Is a Last Will and Testament Necessary?May 13, 2017
What is ProbateJuly 27, 2017
Is a Living Trust Right for You?
When planning for your future, most likely you are also thinking about how you can pass on your family legacy to your children and your grandchildren. This article gives you a few reasons why a trust may protect your legacy and make sure it passes to your loved ones and any charitable organizations that you want to support. One of the biggest drains on your estate is probate. Probate is a formal court proceeding that is both costly and time-consuming. If your property is not protected either through a Living Trust or with named beneficiaries. Following are a few reasons why a Revocable Living Trust may be right for you.
I. PERSONAL GOALS
- KIDS — If you want to leave your estate to your kids to enjoy for their lifetime
Having a properly funded trust — meaning your real and personal property, including your home and other property valued over $150,000 (as of date of death) will be protected from probate. Thus, your family may enjoy their inheritance immediately, rather than waiting for the long probate process, which ties up property for up to two years in court before your family can enjoy their inherited property.
- LIFE ESTATE — If you want to create a life estate for your spouse or long-time partner
Example. The deceased husband inherited the family home where he and his second wife (or long-time girlfriend) enjoyed living. He may provide she stay in the home until she remarries, moves to another location, or up until her death. When she no longer lives in the home, it will revert back to his children or back to his family.
- SPECIAL CIRCUMSTANCES — Needy parents, siblings or friends
If you don’t have a Living Trust, your assets will be distributed to your spouse, if you are married, your children or other heirs based on the laws of succession. However, if you have needy parents or siblings with an illness or special needs, you can name them in your trust to receive specific assets or certain amounts of cash that they may not receive from your estate if your estate goes through a formal probate proceeding, where a judge decides who should rightfully receive your property.
II. THE SIZE OF YOUR ESTATE.
The bigger your estate, the bigger the potential probate cost and the less likely it will qualify for simplified probate proceedings (up to $150,000). It makes sense to ensure that major assets, such as real estate or business, are owned in a way that will avoid probate.
- The size of your estate will dictate the potential for costs of probate, including:
– ATTORNEY’S FEES
– APPRAISAL COSTS
– COURT COSTS
– REAL ESTATE COSTS
- The size of your estate will determine the gross value at date of death, which determines the cost of probate:
– CABIN OR VACATION HOME
– LARGE BANK ACCOUNTS
– INVESTMENTS with no named benes
– RETIREMENT: ROTH IRA; IRA, REIT
– BUSINESS ASSETS
III. THE TYPE OF PROPERTY YOU OWN.
You don’t need a trust to avoid probate for assets like bank accounts, retirement, and other types of property, such as:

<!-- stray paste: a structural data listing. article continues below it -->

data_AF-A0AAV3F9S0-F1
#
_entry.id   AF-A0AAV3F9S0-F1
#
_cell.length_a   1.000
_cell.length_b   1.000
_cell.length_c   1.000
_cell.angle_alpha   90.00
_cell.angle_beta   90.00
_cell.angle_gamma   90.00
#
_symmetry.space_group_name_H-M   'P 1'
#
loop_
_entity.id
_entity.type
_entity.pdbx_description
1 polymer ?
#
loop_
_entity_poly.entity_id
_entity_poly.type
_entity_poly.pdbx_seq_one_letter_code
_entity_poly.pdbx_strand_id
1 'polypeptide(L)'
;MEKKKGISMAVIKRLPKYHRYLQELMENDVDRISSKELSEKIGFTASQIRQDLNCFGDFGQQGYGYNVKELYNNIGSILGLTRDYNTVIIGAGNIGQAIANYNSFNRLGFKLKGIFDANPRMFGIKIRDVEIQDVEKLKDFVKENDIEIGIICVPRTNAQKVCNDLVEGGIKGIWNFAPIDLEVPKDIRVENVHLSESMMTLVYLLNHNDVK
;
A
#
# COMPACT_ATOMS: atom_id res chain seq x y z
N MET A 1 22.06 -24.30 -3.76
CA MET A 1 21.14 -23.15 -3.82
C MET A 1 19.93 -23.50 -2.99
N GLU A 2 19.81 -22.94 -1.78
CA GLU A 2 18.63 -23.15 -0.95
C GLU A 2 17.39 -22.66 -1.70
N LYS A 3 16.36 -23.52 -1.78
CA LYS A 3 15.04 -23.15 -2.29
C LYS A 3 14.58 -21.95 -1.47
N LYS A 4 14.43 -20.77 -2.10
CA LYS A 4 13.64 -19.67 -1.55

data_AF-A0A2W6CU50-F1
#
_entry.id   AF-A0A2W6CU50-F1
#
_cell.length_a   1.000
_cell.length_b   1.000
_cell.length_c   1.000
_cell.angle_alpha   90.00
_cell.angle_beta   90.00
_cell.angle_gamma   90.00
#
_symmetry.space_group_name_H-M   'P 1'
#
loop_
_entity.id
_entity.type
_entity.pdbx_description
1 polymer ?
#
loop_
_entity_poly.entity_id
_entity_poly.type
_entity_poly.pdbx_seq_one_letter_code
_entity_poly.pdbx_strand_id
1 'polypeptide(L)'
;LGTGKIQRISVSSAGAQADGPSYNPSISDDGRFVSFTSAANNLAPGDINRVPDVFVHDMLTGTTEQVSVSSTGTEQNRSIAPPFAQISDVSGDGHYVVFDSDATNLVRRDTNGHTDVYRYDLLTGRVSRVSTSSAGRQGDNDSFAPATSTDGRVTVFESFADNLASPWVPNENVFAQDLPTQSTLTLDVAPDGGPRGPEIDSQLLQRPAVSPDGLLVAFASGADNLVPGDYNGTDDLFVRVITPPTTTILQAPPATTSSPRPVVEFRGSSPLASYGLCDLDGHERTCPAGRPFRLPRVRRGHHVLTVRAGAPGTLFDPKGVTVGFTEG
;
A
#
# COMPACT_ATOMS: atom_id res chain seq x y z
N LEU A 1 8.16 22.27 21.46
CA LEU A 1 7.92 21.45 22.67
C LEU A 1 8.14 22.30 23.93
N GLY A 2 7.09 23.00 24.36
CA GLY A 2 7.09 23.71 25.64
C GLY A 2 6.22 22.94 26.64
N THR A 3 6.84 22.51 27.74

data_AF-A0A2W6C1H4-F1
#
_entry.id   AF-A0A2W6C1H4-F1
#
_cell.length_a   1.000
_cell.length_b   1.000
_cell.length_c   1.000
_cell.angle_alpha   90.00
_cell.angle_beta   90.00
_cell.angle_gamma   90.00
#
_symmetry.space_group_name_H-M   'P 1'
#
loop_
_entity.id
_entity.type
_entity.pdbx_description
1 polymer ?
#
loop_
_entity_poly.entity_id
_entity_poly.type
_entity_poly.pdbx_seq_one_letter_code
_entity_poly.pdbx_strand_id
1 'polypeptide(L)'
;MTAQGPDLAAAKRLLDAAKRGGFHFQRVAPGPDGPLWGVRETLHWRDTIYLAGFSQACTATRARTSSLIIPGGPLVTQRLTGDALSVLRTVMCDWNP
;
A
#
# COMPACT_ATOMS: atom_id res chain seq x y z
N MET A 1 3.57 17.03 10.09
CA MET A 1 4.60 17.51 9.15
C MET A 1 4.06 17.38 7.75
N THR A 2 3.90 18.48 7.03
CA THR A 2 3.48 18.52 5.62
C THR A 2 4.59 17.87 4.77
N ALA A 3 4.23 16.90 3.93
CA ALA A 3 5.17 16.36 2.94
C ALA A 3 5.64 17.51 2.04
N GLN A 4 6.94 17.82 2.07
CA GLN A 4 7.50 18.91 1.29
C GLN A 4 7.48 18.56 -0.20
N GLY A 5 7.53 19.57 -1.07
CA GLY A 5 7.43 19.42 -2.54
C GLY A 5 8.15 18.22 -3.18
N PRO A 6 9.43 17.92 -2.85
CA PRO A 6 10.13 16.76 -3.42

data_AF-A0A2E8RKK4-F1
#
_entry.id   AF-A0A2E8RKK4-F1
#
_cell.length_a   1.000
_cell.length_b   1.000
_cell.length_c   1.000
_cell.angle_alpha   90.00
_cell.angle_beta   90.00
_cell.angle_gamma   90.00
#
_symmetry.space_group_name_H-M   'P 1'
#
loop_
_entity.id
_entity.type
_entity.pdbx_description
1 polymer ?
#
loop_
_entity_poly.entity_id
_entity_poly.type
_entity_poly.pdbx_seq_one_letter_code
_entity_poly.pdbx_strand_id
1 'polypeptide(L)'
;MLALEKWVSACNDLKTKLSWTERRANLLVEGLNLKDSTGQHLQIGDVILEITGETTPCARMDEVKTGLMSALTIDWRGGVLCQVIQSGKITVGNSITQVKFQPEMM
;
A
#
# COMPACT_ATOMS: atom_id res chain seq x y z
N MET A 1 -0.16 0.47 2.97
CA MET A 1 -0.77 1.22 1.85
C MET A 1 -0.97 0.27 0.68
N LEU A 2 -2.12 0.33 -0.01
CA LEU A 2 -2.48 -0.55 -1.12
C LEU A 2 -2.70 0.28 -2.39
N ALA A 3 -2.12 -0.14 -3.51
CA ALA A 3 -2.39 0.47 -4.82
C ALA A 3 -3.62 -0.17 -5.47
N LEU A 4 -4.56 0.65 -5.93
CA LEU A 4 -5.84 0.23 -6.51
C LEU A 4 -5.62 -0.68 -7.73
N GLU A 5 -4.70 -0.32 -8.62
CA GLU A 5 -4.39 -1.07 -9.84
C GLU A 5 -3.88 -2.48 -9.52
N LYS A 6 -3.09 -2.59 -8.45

- POD (pay-on-death) accounts
- TOD (transfer-on-death) deeds
- TOD registration for vehicles
- Retirement plans such as 401(k)s, IRAs
- Life insurance – subject to probate only if beneficiary is named as your “Estate”
- Transfer of property by JTWROS (joint tenancy with right of survivorship); community property
But, the surviving beneficiary on any of the above must survive you to avoid probate!
You don’t need a trust to avoid probate for assets with beneficiaries (aka benes), BUT…beware. There are some risks:
- It’s a good idea to review your named beneficiaries on an annual basis to make sure they are still the ones you want to receive your funds.
- Naming a bene who dies before you or when the policy is paid will be probated. If there are no living benes at the time of your death, then depending on the value of the property, it may be probated.
- Finally, if you have the option to mark a box for “Trust” under the beneficiary section on your investment application. then check the box so that your trustee may distribute this fund through your trust. However, if there is only a box for “Estate,” DO NOT check that box because this investment will not be protected from probate and the funds may need to be probated, depending upon the value as of the date of your death.
Based on the above, consider having a trust prepared to avoid probate. Your real estate assets that are not vested in your trust at the time of your death may result in probate, depending upon the value as of the date of your death. Probating your estate may cost thousands of dollars that could have gone to your heirs to benefit their lives. This money could be for higher education or buying a home or taking care of health concerns. So, when you ask yourself “do I need a living trust?” consider your family and the consequences of not having a living trust.
If you know you need a living trust and are ready to get started, give us a call at (805) 439-0715 for a complimentary 30 minute appointment. We can help you by providing the affordable legal documents to get you on your way to protecting your full estate.